In the New York Times today, Brian Lam (formerly of Gizmodo, now the creator of Scuttlefish and Wirecutter) writes about OpenROV, a low-cost submarine designed to be an affordable tool for "curious students and amateurs, as well as provide a highly valuable shallow water tool for explorers and scientists."
This month, NASA engineer Eric Stackpole hiked to a spot in Trinity County, east of California’s rough Bigfoot country. Nestled at the base of a hill of loose rock, peppered by red and purple wildflowers, is Hall City Cave. For part of the winter the cave is infested with large spiders, but is mostly flooded year-round. Locals whisper the cave’s deep pools hold a cache of stolen gold, but Mr. Stackpole isn’t here to look for treasure.
He had, under his arm, what might appear to be a clunky toy blue submarine about the size of a lunchbox. The machine is the latest prototype of the OpenROV–an open-source, remotely operated vehicle that could map the cave in 3D using software from Autodesk and collect water in places too tight for a diver to go.
It could change the future of ocean exploration.
For now, it is exploring caves because it can only go down 100 meters. But it holds promise because it is cheap, links to a laptop, and is available to a large number of researchers for experimentation.
Indeed, the OpenROV team hopes to start taking orders for OpenROV kits on the crowd sourced project site, Kickstarter. Going for $750, the kits include laser cut plastic parts and all the electronics necessary to build an OpenROV. (Users will have to bring their own laptops to view the onboard video feed and control the machine. They’ll also have to supply their own C-cell batteries which power the sub.) The subs are expected to be available by the end of summer.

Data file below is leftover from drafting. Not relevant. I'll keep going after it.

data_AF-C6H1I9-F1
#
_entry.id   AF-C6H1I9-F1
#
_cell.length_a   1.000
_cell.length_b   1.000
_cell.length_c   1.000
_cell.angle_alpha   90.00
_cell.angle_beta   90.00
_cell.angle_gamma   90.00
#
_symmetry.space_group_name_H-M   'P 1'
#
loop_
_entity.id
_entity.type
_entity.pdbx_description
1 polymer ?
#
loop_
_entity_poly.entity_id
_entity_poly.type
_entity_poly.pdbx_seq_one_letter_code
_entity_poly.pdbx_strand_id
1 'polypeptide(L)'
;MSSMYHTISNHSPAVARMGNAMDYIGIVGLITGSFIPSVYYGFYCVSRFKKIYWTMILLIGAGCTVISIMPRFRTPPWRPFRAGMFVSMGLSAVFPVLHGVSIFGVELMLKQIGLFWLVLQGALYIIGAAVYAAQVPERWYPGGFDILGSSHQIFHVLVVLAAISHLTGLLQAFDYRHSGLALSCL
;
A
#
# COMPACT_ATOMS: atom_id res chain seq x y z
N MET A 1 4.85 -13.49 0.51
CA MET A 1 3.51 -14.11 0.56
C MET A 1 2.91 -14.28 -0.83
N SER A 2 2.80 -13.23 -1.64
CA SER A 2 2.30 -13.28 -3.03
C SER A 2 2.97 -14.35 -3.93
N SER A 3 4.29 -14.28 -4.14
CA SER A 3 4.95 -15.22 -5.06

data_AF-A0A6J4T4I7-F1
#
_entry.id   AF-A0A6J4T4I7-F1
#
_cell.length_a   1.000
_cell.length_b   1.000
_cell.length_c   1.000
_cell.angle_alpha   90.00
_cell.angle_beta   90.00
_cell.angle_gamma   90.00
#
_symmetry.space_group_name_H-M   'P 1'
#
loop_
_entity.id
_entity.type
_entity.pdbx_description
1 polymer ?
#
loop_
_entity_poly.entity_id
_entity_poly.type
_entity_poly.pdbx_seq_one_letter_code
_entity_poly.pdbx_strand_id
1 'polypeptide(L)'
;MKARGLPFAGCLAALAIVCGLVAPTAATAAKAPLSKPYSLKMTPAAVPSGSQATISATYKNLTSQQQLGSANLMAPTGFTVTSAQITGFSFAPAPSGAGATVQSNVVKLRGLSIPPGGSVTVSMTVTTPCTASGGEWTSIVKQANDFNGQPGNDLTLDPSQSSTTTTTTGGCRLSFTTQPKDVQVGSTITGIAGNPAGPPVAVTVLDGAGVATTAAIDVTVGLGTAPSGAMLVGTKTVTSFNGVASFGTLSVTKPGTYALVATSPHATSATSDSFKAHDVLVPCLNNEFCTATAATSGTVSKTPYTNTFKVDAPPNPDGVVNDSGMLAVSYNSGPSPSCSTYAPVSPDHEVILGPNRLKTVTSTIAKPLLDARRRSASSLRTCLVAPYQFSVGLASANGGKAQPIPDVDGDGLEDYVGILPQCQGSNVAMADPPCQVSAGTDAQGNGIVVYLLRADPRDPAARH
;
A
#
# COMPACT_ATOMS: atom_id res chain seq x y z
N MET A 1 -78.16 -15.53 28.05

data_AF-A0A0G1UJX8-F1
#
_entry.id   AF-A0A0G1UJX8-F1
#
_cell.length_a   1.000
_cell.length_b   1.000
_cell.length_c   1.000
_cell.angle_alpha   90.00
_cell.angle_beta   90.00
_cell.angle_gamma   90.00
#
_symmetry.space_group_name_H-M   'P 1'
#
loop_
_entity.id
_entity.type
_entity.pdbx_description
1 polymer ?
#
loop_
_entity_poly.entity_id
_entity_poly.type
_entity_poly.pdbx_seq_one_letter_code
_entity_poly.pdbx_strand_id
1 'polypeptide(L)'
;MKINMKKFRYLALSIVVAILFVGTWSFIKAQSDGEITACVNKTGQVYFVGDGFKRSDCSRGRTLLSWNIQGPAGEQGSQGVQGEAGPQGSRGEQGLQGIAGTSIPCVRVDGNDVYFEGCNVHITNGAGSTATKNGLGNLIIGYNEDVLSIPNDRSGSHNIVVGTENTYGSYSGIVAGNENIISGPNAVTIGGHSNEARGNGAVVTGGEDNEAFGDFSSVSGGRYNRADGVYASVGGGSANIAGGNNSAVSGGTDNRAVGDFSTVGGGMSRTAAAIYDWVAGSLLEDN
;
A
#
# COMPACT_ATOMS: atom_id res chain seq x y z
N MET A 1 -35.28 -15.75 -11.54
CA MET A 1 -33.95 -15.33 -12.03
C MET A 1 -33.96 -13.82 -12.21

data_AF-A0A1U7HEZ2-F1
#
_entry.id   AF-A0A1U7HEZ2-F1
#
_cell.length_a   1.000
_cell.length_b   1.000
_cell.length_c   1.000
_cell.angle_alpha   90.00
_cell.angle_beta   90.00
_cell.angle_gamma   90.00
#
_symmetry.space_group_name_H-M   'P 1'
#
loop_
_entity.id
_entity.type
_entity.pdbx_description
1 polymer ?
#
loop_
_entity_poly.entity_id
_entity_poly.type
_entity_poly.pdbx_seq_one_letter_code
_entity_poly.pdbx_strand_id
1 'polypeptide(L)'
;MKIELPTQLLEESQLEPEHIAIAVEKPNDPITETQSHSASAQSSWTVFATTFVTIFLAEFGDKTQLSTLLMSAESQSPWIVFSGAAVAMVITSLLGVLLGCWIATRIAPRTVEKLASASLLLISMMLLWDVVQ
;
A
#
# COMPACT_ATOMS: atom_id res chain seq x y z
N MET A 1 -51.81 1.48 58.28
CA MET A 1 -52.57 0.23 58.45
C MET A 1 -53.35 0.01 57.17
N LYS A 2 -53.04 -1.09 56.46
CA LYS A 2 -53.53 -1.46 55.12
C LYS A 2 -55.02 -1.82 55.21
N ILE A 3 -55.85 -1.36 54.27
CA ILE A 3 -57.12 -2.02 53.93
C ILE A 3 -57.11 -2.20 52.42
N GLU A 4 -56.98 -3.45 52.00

Read the full story here, and check out the awesome video Brian shot, here.
NASA today announced that astronomers studying data from NASA’s Great Observatories have found the best evidence yet for “cosmic seeds in the early universe that should grow into supermassive black holes.”
Could you recover a murder victim’s last sight of their killer by extracting it from the retina? Little more than a century ago, forensic scientists thought it might be possible. After all, in 1877 physiologist Wilhelm Friedrich Kühne was able to develop a simple image from an albino rabbit’s dissected eyeball. (Above, the two images […]
Backed by huge donations from vitamin companies, the American Association of Naturopathic Physicians is pushing to get naturopathic medicine recognized and regulated in all 50 US states, paving the way to receiving public funds in the form of Medicare reimbursements.
Every company wants to harness the power of social media, but few understand how to make that happen. Be one of those select few with this Social Media Marketing Course & Certification package, now just $29 in the Boing Boing Store.Over 12 modules of course material, you’ll learn what it takes to increase a brand’s […]
If you’ve got a killer app idea, but don’t have the technical expertise to pull it off, get a crash course in all things app development with the Comprehensive Android Development Bundle, now over 90% off in the Boing Boing Store. Across 83 hours of training, you’ll learn to develop for the world’s most popular mobile OS, mastering […]
Jared Sinclair developed the RSS reader app Unread, which made $10,000 in its first 24 hours on the iOS market. And we’ve all heard the story of Flappy Bird developer Dong Nguyen, whose creation was reportedly earning $50,000 a day at the height of its 2013 explosion. While those are rare examples, they’re also testament to the […]